Although the story was straightforward and highly predictable, I have to admit to being confused by one very big thing: I don’t know who the protagonist is. Through whose eyes is the audience supposed to see this story?
Lindsay Lohan’s Tara (the girlfriend) shares almost equal screen time with James Deen’s Christian (producer) and Nolan Gerard Funk’s Ryan (actor), and the story’s perspective seems to shift on a whim. If I go purely by a scale of which character left me feeling least icky in their behaviour, I would have to say Ryan was the protagonist. But he feels more like an unwitting pawn in this film.
Interestingly, however, if I was forced onto a limb, I would actually say Christian was the protagonist despite his antagonist schtick. As a character, he is reminiscent of American Psycho’s Patrick Bateman…possibly his baby brother…although there is no comparison between Christian Bale’s performance and James Deen’s.
Speaking of which, the wooden performances of the actors don’t help my quest for a protagonist. (At her best, Lohan’s glamour-gone-gory Tara was reminiscent of Ann-Margret’s characters in Carnal Knowledge and Tommy at their most strung out.) Without distinct emotive clues and any sense of subtext, I really have no clue what any of the characters hopes to accomplish…there simply aren’t any goals, again with the possible exception of Ryan.
To continue piling on, I would be intrigued to find out what kind of movie director Paul Schrader thought he was making.
On the one hand, with rampant over-use of black & white images of derelict movie houses, it seemed Schrader was going for art-house film, using the photographic decay as a metaphor for the social decay of Hollywood (this is the man who wrote Taxi Driver and directed American Gigolo).
At the same time, his rampant insertion of lengthy scenes of graphic sex gave the film a B-movie, soft-core porn feel. Here, Schrader may have been going for a moral decadence metaphor, but if so, I think he failed terribly. Instead, we were left with a humping morass of buttocks and breasts that a 13-year-old boy couldn’t be bothered to whack off to.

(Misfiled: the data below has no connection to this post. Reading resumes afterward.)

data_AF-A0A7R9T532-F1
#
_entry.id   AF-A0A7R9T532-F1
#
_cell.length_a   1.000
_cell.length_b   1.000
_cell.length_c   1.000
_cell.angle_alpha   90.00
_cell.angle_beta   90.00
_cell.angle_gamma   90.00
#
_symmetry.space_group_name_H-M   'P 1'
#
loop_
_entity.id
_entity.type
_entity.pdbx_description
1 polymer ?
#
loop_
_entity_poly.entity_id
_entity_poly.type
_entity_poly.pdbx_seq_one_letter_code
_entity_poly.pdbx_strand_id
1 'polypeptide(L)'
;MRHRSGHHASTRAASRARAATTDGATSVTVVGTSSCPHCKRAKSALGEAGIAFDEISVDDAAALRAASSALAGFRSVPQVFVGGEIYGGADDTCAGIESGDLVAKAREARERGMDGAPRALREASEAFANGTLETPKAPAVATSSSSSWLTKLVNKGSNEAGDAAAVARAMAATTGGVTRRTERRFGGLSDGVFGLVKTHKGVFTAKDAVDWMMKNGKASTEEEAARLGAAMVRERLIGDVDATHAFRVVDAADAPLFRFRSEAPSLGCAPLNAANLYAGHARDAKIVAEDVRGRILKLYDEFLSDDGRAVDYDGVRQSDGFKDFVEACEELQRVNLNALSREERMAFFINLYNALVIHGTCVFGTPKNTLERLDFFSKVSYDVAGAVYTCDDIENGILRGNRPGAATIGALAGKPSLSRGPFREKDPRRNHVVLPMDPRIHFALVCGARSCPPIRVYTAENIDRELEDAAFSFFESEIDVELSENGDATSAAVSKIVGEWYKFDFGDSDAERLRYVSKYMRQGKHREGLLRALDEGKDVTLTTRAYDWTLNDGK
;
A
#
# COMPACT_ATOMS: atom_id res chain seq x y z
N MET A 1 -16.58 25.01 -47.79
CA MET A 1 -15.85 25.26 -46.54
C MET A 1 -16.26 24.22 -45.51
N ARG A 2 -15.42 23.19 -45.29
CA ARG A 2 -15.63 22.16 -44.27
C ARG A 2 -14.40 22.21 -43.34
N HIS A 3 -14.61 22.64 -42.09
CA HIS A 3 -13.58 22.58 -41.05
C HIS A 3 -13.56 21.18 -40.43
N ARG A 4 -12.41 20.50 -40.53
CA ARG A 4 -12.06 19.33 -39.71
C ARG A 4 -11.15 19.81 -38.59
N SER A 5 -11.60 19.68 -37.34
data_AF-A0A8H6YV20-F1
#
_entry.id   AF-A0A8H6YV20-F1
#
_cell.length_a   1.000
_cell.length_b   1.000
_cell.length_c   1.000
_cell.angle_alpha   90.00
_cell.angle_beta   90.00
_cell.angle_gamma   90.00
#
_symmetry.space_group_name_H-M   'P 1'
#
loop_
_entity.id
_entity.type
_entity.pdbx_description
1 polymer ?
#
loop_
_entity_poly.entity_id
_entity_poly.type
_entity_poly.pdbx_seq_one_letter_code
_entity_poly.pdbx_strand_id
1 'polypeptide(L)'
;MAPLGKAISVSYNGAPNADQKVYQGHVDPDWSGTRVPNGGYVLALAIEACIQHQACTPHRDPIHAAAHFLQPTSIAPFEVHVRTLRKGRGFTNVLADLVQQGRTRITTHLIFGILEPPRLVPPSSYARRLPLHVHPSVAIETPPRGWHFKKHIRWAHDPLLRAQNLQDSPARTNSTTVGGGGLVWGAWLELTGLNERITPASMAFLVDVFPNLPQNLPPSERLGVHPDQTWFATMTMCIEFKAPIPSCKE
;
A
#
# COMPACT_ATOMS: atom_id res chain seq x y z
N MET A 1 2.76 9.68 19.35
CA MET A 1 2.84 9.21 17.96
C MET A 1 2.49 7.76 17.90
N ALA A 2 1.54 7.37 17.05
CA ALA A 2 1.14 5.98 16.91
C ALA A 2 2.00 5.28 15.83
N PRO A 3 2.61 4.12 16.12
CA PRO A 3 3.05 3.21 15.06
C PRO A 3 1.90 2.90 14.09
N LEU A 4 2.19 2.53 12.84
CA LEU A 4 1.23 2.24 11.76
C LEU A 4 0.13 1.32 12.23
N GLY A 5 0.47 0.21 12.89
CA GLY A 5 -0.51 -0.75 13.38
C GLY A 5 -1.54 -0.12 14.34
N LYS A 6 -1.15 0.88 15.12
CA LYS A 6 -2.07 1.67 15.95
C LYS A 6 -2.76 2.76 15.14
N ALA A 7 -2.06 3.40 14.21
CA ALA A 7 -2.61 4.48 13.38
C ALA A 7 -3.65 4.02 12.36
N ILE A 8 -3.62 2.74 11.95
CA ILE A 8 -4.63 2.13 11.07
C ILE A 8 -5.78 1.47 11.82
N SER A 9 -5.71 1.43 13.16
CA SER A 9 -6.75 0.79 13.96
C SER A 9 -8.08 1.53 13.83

But the one scene that truly grabbed my attention was a lunch conversation between Tara and Christian’s assistant Gina, played by Amanda Brooks. What caught my attention, however, was not the scintillating or captivating dialogue (there wasn’t any) or the repressed subtextual exchanges (they were incapable) but rather the fact that even the camera was unable to pay attention to the scene.
On either close up, the camera angle perpetually slid to the left or the right, and sometimes back again. Not panned to capture a background element. Slid, as if someone had forgotten to tighten the flange that holds the camera to the tripod. The camera literally nodded off.
So then, if this movie was so bad, how could I learn a lesson?
The lesson of The Canyons is that if you can get an actor of sufficient name recognition who is trying to prove something (e.g., I’m not washed up) interested in your script, you can get anything made.
As I looked up some background facts on this movie, I learned that The Canyons was the first film to be largely funded via crowd-sourcing. Given the performance of subsequent crowd-sourced films like Zach Braff’s Wish I Was Here (poor) and Kristen Bell’s Veronica Mars (modest), I am beginning to wonder if there isn’t some merit in studios having some influence on whether and how a film gets made.